VAUGHAN, Ont. - A former Ontario top cop who broke ranks with police leaders nationwide by opposing the long gun registry said Tuesday he wants to enter federal politics under the Conservative banner.

Julian Fantino — whose tenure as Ontario Provincial Police commissioner had its fair share of controversy — told a crowd of supporters that he will seek the Tory nomination for Vaughan. The longtime Liberal riding north of Toronto will be up for grabs in an upcoming byelection.

A Conservative bid to kill the gun registry saw police brass across the country band together to defend the program, but not Fantino.

During his time as commissioner Fantino said the registry was "long on philosophy and short on practical results."

On Tuesday he called it an "obscene waste of taxpayer money."

"I believe that the focus on the long gun registry has never ever delivered what was promised," Fantino said.

At least one expert said Fantino could be a powerful political ally for Prime Minister Stephen Harper in his battle to scrap the registry.

"I think this is the way the government can counter all the criticism they've been having from the police community," said Henry Jacek, a political science professor at McMaster University in Hamilton, who called it a "bright move."

"(The Conservatives) want to highlight some high-profile policeman who agrees with them, and don't want people to see all the police that are opposed to their position."

While Fantino was reluctant to discuss his specific role in the party if elected — saying he never looks at the "what ifs" — he is widely seen as cabinet material.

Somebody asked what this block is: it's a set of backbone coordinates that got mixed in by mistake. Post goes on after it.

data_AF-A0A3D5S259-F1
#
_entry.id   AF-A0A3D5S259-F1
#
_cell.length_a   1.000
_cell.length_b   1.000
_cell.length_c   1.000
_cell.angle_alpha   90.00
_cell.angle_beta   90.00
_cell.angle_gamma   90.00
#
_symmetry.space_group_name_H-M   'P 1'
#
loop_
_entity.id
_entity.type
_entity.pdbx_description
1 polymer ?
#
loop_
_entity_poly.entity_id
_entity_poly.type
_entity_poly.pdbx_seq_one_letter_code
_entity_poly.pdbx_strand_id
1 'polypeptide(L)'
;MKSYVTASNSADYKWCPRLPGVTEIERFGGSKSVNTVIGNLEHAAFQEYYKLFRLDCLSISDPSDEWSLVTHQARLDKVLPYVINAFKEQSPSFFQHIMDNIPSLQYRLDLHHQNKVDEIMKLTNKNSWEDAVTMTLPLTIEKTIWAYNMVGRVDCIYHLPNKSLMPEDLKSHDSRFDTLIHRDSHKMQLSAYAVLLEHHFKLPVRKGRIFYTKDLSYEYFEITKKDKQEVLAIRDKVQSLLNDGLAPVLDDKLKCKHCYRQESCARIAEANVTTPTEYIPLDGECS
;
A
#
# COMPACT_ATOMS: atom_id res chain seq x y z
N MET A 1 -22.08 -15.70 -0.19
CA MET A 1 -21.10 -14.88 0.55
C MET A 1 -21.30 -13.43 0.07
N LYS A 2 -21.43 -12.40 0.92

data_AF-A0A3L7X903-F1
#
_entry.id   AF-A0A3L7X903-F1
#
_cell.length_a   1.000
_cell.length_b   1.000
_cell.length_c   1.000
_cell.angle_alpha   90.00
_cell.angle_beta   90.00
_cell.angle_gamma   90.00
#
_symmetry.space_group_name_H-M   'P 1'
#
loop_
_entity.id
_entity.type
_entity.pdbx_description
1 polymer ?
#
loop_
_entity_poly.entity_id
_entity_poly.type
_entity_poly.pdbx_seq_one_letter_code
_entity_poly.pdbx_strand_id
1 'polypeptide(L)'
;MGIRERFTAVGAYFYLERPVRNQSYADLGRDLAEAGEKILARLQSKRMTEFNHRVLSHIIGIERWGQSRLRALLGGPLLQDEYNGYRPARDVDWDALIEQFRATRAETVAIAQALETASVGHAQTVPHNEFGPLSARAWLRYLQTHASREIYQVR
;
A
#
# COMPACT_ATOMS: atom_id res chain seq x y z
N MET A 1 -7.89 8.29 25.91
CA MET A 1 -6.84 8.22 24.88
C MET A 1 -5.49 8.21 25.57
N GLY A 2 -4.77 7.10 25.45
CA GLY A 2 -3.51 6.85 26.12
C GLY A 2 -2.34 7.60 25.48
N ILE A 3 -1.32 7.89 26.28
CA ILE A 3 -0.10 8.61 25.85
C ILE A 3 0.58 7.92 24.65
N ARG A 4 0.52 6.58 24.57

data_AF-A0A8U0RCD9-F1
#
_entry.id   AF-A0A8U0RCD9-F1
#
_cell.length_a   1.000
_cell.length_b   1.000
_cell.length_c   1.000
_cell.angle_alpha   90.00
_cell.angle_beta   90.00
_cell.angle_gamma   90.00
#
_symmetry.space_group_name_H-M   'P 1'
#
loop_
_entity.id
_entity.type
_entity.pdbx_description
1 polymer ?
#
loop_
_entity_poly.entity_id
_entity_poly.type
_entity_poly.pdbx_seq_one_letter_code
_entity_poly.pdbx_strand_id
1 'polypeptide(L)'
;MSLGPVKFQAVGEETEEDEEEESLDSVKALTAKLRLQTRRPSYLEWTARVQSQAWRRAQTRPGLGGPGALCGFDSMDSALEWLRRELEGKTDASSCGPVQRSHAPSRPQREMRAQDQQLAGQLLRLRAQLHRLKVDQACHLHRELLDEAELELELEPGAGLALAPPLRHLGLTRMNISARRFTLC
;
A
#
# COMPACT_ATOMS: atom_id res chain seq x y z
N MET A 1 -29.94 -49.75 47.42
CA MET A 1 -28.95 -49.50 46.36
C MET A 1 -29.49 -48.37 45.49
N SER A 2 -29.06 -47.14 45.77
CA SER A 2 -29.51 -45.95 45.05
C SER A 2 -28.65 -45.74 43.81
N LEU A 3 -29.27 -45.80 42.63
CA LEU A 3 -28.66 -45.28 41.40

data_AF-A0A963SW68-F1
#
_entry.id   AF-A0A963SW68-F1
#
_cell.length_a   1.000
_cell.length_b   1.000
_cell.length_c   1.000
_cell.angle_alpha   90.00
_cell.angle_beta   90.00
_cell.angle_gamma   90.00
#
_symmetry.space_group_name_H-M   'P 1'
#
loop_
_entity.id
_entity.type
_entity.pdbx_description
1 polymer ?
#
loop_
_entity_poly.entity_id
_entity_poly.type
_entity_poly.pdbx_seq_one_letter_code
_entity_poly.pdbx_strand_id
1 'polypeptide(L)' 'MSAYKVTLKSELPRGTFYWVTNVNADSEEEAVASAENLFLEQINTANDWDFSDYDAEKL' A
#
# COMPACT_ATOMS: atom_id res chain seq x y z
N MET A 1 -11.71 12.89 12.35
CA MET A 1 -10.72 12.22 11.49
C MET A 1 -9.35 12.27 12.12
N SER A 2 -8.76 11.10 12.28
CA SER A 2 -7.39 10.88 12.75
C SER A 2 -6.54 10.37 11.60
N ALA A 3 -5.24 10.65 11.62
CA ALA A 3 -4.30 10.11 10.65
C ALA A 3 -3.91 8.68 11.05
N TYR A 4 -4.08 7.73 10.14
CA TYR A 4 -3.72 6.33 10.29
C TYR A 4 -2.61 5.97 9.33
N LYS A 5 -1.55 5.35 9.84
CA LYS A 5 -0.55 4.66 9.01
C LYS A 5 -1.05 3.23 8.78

"I don't think he wants to sit on the back benches," said Jacek. "I think he wants to sit in the cabinet."

Fantino was quick to dispel rumours that he had been persuaded by Harper to seek the nomination.

"The prime minister doesn't have to pressure me," he said. "I'm here because I want to be here."

A date for the Vaughan byelection has not yet been set.

The riding was held by Liberal MP Maurizio Bevilacqua, who is now running for Vaughan mayor in the Oct. 25 municipal elections.

Fantino headed the provincial force from 2006 to July of this year, when he retired. The usual appointment time is three years.

During his time as commissioner he was often the centre of controversy.

Fantino was accused of trying to influence municipal officials in connection with an ongoing aboriginal occupation in Caledonia, Ont., but the private charge was withdrawn.

Last December charges at the heart of a disciplinary matter involving Fantino were dropped, the same day the cross-examination of Ontario's top police officer was to resume after being delayed by legal motions.

The hearing into misconduct charges against two senior provincial police officers adjourned when Fantino accused the adjudicator of bias during his cross-examination.

Fantino said he won't shy away from controversy if he wins the nomination.

"In order to be honourable, ethical, professional and trustworthy, you have to be controversial," he said.

"The things about which I have been labelled controversial...they're all the result of misinformation, miscommunication and a total disregard of the facts."

Labour Minister Lisa Raitt, who attended the announcement, said Fantino's history was of no concern to the party.

"When you work in a high-profile job, as he did for so many years, it's going to attract controversy," said Raitt.

"But here's the thing, he actually made decisions, and he made change."

In 1969, a 27-year-old Fantino became a cadet with the Toronto Police Service.

In the years that followed, he rose through the ranks and went on to helm the police forces in London, Ont., York Region and Toronto before taking on the role of Ontario commissioner.